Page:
“What if the stage was haunted by all the things that… | NTGent
Tim Etchells

“What if the stage was haunted by all the things that happened on it?”

| 23 October 2023
After almost forty years of theatre making, renowned British director Tim Etchells is in the midst of creating a brand new performance on the request of Belgian city theatre NTGent. In 'How Goes the World – HDT V', four actors engage in an absurd and hilarious orgy of entrances and exits, relentlessly reacting to a range of persisting sound cues. A reflection on the history of theatre and - unavoidably - on life itself. “Modern man is constantly pushed to be passionately active. But what happens when the machine finally stops?”

‘How Goes the World’ is the fifth part in the NTGent series Histoire(s) du Théâtre, in which established artists reflect on theatre as an art form. Am I right to say that’s exactly what you have been doing for the past 40 years?

Tim Etchells: “For sure, theatre itself has always been a topic for me. I’ve concerned myself with the questions: What is it? How does it work? And why is it so magical and cruel at the same time?”

“The work I’ve made in the past decades has somehow always reflected on what it means to stand in front of people on a stage, present as a real person but also doing things that are fictional. Let’s be honest, it’s a very strange profession! For me though, digging into the theatre, also involves a reflection on who we are as people and the world we live in. Theatre might be about the mechanics of pretending and play acting - and therefore about itself - but at the same time, it’s unavoidably about life as well. As human beings we are performing to ourselves, to other people, even the space that we live in is already a performance. When you make something about theatre – about what’s real or not - you automatically talk about the world.”

This performance is not the first one you created in Belgium. How strong is your connection to the Belgian art scene and public?

“Belgium had always been very important, both for me and for Forced Entertainment [the company Tim Etchells co-founded in 1984 of which he is still the artistic leader]. It was one of the first places we went as a young company. When we had only made a few pieces, we got invited by STUK in Leuven, by Beursschouwburg Brussels, Monty in Antwerp and by the Nieuwpoort theatre in Ghent. Very early on, we felt a strong connection to the Belgian scene. So yes, it feels exactly right and very exciting to be making another piece here.”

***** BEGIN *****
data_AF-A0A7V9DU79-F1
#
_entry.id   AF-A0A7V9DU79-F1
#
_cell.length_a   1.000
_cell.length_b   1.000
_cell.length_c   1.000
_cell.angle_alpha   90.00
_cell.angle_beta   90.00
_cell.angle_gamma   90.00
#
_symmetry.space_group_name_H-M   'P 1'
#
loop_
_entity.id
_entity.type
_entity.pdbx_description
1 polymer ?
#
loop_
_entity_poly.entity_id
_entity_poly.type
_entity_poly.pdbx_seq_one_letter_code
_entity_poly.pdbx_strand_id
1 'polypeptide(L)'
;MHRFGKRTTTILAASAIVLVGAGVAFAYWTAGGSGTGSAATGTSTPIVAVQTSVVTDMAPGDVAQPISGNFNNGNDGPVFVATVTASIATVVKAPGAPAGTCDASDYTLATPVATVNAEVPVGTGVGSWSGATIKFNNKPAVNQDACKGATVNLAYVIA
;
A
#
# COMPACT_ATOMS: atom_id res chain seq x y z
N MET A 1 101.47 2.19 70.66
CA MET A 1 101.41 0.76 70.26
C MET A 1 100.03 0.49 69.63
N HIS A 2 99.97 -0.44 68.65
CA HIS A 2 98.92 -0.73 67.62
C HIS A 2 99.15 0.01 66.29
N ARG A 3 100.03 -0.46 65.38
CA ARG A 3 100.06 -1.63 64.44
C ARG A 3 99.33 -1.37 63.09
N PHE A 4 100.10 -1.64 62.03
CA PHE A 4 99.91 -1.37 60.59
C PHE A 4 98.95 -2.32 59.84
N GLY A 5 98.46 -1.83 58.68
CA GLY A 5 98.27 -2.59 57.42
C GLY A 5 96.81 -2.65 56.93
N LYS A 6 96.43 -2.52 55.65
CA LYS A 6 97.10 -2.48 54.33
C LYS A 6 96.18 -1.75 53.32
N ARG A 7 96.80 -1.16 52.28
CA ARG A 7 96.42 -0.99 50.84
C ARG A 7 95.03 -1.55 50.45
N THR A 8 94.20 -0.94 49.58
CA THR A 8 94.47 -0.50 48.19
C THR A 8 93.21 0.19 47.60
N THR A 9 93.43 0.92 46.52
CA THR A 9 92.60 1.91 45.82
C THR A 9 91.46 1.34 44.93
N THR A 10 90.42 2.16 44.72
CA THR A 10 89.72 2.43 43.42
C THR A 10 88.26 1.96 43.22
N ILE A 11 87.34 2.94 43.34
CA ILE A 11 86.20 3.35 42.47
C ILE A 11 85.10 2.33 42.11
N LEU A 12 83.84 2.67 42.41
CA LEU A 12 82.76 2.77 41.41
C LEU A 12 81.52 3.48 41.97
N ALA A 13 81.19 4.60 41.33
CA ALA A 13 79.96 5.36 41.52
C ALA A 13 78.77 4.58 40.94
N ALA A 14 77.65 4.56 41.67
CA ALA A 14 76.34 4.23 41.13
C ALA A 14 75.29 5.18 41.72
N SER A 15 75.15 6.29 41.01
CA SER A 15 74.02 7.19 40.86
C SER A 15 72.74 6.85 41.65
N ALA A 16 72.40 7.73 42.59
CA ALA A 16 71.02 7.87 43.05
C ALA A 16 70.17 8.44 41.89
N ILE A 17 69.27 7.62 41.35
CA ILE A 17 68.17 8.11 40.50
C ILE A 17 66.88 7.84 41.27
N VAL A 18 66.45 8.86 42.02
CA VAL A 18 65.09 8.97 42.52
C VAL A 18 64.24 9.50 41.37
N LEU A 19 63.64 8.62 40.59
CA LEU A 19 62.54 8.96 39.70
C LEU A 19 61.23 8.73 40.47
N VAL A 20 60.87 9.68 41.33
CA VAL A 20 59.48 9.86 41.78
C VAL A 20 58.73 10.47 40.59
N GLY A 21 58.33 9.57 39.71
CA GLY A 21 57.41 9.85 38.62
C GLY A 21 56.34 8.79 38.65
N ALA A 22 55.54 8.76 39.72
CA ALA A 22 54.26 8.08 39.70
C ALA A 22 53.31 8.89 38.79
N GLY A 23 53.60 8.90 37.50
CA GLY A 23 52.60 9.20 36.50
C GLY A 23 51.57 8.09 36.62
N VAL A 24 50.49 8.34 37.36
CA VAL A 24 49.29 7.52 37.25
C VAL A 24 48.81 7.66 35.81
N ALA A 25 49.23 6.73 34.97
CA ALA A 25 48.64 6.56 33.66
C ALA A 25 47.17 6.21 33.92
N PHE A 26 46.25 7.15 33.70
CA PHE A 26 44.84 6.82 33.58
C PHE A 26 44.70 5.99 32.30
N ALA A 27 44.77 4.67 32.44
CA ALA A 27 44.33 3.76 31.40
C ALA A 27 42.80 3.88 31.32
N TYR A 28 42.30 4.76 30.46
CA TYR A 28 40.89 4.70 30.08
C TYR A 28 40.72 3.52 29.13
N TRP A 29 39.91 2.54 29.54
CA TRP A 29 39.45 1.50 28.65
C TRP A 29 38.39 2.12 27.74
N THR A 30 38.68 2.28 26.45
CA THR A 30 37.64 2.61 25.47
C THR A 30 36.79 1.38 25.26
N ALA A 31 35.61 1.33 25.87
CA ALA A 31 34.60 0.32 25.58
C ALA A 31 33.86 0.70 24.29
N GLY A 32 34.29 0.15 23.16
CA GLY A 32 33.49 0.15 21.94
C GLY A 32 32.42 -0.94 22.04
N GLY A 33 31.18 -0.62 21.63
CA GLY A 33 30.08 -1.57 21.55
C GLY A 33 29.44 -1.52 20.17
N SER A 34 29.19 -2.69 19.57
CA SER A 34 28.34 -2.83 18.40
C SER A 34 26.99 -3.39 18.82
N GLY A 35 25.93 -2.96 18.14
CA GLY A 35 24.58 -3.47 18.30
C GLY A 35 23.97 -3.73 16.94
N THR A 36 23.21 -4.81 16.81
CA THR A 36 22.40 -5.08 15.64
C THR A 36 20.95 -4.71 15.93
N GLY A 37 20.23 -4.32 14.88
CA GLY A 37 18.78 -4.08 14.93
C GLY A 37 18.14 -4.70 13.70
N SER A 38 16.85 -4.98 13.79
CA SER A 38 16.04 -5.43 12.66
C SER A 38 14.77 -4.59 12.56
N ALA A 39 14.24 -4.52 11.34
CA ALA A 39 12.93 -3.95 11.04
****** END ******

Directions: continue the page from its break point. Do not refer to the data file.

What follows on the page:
“I don’t especially see myself as a playwright, I see myself as someone who works with other artists to create theatre. The sense that theatre can be made in a rehearsal rooms by equals; that’s something that’s very present in the Belgian scene as well. And I guess Brits and Flemings share a love for slightly dry and absurd humour as well.”

‘How Goes the World’ is a performance driven by a range of sound cues to which the performers are constantly reacting, often seemingly without knowing why. Something that’s both very comical and unsettling at the same time. How did you come up with this idea?

“I am fascinated by the idea of a collective memory build up in audience members, actors and venues over many years. What if the stage was haunted by all of the things that have happened on it? What if the stage was haunted by the sound cues, or by the music, that’s been played on it?”

How Goes the World is made up of fragments of remembered, or rather almost forgotten, performances. It’s a recycling bin in which many things have ended up in, and we’re swirling it around. The people in the piece, rather figures than characters, inhabit this world where the sound is constantly arriving and telling them to do something. Pick up the phone, play the piano, answer the door… there’s a sense that they become puppets to the machinery of the sound.”

What’s the meaning behind this choice? What is the play trying to tell us?

“For me, theatre is a machine. It needs to produce events, tension, something that is happening or going to happen… the way we use the sounds refers to the relentless desire of theatre to create urgency. To change the situation.”

“There’s something rather cruel about theatre. In this performance, the actors become puppets to the sound score, and as a public we know we won’t be happy until they are exhausted and almost can’t carry on.”

“At the same time, this kind of machinery reflects how we live our lives. Life as well as theatre has its pressures – it is structured by cues, demands and interventions in the space we inhabit. So although How Goes the World is about theatre, it’s also about the great machinery of capitalism that is constantly prodding and stimulating us to be passionately doing this, that or the other.”

“Producing a deeply profound performance with materials that seem poor at first sight, is a lifelong project”